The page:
Noah & the Whale

Noah & the Whale

About

I don’t know how many people watch Cougar Town or One Tree Hill, but this is where Noah and the Whale have gained a bit of their popular appeal.  Their tracks “Give a Little Love” and “Blue Skies” were featured respectively on these shows.  “Waiting for My Chance to Come”, a peppery, even danceable, track from their latest LP, was featured on the British drama Skin.  The band is also apparently tight with Wes Anderson and have fashioned their name after the Noah Baumbach film The Squid and the Whale.

You might think that there’s something about the band and their music which lends itself well to film and TV.  And that might be right.  From my experience with the band, however, there’s more to it than that.  They’re good at encapsulating a mood or a story or at making an emotion more apparent than it is in dialogue, especially when it comes to melancholy.    

Take “Blue Skies”, for instance.  It’s got just the right key and melody and guitar hook.  It’s basically an ideally crafted song for those times that-let’s face it, everyone’s been through- when the fallout from a bad breakup seems like it’s getting better even when, as Charlie Fink aptly states, “It’s hard.”  The song powers to an almost anthem finish, which suggests something implicit about the message: that the blue skies are going to shine through, after all.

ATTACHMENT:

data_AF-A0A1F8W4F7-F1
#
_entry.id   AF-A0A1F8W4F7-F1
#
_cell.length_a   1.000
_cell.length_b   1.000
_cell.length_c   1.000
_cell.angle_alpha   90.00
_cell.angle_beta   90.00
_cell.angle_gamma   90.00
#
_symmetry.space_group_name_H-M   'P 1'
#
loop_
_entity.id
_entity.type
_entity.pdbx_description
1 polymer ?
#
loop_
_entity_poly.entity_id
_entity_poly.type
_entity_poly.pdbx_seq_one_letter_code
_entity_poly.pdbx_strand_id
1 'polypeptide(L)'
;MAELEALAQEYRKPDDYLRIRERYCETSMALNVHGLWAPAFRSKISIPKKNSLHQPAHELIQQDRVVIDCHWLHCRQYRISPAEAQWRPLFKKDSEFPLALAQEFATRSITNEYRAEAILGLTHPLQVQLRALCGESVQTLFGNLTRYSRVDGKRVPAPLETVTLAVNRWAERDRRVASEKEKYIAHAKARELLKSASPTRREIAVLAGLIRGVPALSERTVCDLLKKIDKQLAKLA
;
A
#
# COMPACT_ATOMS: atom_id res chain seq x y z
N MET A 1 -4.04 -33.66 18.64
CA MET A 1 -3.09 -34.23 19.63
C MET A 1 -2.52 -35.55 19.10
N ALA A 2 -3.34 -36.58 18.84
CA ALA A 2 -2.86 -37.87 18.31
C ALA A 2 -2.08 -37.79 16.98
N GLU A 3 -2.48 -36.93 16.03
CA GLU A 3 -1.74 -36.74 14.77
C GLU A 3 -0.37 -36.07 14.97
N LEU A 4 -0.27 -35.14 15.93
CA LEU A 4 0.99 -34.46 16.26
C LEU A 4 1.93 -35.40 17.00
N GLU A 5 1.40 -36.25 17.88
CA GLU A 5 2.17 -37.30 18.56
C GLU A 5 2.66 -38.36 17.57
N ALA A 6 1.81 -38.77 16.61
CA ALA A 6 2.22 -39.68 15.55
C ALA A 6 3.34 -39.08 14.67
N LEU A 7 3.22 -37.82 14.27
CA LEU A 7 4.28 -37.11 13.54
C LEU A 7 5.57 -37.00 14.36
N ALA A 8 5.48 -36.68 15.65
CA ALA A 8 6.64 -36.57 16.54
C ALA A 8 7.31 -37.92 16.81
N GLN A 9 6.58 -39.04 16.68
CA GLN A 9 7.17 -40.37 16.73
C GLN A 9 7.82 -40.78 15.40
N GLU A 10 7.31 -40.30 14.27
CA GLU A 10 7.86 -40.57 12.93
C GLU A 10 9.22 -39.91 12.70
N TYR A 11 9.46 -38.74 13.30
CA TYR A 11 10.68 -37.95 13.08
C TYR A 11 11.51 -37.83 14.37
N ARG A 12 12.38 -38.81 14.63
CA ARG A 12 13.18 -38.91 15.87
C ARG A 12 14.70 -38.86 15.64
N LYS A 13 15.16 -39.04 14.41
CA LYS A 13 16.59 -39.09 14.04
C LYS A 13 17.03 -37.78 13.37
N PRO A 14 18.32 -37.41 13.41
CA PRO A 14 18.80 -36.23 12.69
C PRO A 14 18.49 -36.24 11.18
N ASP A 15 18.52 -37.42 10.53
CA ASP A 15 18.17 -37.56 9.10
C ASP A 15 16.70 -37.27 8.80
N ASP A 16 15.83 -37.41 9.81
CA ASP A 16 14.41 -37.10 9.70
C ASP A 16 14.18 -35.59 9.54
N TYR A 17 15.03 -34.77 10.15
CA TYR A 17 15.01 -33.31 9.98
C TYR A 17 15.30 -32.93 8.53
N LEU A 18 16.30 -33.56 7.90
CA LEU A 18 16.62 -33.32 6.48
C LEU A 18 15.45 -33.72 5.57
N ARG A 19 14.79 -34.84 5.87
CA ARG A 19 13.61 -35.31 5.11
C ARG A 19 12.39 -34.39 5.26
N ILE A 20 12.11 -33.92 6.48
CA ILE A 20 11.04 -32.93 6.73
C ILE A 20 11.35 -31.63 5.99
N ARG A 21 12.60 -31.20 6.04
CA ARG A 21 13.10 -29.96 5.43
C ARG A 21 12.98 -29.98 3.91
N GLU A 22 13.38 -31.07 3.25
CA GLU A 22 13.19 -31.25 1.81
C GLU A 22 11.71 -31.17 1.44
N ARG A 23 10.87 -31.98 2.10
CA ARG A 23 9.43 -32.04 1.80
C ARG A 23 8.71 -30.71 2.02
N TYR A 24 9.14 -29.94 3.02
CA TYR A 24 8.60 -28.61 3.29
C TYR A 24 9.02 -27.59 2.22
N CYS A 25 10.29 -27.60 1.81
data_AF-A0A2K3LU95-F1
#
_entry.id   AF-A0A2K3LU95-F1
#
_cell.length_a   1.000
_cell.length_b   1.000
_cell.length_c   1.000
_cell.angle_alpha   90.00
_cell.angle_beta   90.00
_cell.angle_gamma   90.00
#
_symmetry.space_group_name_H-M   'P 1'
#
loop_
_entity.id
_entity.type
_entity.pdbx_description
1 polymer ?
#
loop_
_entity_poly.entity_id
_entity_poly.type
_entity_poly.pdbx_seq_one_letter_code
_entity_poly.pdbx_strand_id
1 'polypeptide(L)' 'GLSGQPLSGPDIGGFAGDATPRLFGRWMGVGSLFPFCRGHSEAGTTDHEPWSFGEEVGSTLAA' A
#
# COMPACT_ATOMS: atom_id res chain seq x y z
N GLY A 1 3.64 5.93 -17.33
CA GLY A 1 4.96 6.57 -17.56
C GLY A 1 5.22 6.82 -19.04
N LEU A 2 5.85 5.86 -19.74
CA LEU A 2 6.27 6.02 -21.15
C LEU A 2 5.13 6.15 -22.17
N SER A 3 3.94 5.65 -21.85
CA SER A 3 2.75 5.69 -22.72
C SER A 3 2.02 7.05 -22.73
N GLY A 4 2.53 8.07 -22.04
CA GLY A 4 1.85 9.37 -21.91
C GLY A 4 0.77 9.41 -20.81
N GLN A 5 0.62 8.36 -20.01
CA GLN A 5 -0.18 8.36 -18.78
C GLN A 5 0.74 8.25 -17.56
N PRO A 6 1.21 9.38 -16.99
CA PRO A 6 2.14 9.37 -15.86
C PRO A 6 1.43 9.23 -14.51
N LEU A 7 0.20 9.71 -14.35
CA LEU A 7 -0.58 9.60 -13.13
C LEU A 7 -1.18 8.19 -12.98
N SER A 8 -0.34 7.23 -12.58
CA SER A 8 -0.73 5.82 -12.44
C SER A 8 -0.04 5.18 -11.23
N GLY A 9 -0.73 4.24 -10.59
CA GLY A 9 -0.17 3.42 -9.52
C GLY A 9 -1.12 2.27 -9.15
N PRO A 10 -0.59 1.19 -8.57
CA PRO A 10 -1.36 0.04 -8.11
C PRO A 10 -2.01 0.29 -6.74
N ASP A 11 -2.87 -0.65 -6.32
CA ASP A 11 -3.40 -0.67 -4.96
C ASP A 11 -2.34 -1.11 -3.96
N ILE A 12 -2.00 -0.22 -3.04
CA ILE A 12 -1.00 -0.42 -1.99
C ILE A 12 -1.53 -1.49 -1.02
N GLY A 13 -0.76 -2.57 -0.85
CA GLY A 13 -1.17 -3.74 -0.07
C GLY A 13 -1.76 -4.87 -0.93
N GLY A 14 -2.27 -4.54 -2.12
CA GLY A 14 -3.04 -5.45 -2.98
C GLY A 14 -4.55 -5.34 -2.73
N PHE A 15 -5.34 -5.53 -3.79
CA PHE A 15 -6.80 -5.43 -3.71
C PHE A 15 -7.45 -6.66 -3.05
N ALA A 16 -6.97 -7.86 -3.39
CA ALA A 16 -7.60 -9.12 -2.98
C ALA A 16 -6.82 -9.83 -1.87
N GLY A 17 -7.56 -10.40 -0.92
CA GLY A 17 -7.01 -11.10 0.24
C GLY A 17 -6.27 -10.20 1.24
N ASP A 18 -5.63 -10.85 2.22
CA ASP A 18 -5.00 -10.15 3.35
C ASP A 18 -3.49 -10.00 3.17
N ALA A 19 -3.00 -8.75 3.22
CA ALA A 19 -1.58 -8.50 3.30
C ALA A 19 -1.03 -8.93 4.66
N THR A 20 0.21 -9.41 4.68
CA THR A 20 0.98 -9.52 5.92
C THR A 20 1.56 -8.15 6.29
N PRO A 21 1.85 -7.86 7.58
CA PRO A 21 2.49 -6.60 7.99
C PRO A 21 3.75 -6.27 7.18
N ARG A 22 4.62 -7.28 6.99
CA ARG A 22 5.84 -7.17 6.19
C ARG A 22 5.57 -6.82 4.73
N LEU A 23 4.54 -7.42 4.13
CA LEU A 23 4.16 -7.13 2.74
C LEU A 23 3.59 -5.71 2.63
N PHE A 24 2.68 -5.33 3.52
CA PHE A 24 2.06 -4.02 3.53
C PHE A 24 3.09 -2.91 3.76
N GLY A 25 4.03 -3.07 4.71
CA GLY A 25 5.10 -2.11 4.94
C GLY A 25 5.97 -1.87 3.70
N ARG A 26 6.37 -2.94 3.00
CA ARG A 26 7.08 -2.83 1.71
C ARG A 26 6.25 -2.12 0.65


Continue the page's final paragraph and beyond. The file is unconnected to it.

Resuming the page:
There’s an optimism here, which cannot always be said about some of the band’s contemporaries, like Belle and Sebastian or even Mumford & Sons.  It’s this optimism that informs one of Noah and The Whale’s biggest hits off their new record Last Night on Earth.  The track, titled “L.I.F.E.G.O.E.S.O.N” practically begs for you, the listener, to remain light of heart.  Fink tells us a story about Lisa, a bartender at a nightclub who’s seen her share of it all.  It’s a folky tune with a real catch.  Here’s Fink, channeling Lisa, matching the punctuation of the title in the song itself,

L.I.F.E.G.O.E.S.O.N.
You've got more than money and sense, my friend,
You've got heart and you go in your own way
L.I.F.E.G.O.E.S.O.N.  What you don't have now will come back again,
You've got heart and you go in your own way.  

You might as well take L.I.F.E.G.O.E.S.O.N as an icon for the rest of the album or even for the rest of the band’s work as a whole.  But there are standout tracks that problematize this theory.  Take “Second Lover” for instance.  A markedly slower track, it bends and unfolds at a slower pace.  It also tells a story, but a sadder one.  Here’s Fink again, this time a little less eager and certainly more plaintive,

And I will die and never ever hold your hand
And I will die and never ever hold your hand

But I'll kiss my lips and I'll blow it to you
It'll be the last thing that I ever do
And wherever you go and whatever you do
There's a man underground that will always love you

Oh, wherever you go and whatever you do
There's a man underground that will always love you

Sounds like real love to me.

- John Scherer

Links

Calvin Performances

  • with Nikki Lane
    Wed, Nov 9; 9pm, CFAC
    $20 public; $10 w/ Calvin ID